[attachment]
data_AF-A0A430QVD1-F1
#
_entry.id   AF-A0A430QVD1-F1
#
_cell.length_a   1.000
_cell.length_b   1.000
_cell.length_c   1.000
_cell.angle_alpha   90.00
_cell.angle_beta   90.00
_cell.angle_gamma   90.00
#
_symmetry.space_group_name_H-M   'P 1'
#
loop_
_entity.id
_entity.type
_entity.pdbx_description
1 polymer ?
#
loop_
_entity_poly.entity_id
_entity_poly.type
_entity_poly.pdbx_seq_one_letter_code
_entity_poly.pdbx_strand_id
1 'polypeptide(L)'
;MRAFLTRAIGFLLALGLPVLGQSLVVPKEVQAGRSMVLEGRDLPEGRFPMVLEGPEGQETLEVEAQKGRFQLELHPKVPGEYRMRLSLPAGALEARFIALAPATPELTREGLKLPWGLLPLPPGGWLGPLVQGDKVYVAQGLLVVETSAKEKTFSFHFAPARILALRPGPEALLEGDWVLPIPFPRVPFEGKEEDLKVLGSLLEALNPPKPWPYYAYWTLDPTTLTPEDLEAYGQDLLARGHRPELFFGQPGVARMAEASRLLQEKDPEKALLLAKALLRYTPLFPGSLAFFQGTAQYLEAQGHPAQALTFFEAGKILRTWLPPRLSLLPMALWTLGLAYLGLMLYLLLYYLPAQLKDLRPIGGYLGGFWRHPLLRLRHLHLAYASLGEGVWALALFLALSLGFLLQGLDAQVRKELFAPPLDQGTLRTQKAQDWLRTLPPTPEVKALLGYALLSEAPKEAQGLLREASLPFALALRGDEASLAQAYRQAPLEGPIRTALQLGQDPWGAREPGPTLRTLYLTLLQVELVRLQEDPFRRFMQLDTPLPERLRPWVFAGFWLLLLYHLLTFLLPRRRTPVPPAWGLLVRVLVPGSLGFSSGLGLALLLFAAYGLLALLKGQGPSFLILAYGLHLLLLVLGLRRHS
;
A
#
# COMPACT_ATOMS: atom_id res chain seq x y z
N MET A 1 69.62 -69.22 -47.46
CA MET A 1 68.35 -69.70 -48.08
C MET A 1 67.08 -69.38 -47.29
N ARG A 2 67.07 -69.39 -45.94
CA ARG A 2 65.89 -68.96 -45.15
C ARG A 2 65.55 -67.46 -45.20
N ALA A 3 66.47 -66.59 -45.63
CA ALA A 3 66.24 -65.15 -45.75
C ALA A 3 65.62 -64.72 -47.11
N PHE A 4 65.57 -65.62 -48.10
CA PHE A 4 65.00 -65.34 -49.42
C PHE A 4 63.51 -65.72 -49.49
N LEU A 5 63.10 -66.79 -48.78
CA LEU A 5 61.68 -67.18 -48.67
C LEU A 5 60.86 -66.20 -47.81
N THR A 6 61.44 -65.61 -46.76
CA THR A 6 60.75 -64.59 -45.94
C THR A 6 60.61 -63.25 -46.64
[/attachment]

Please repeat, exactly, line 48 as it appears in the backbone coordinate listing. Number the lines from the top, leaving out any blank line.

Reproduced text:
C THR A 6 60.61 -63.25 -46.64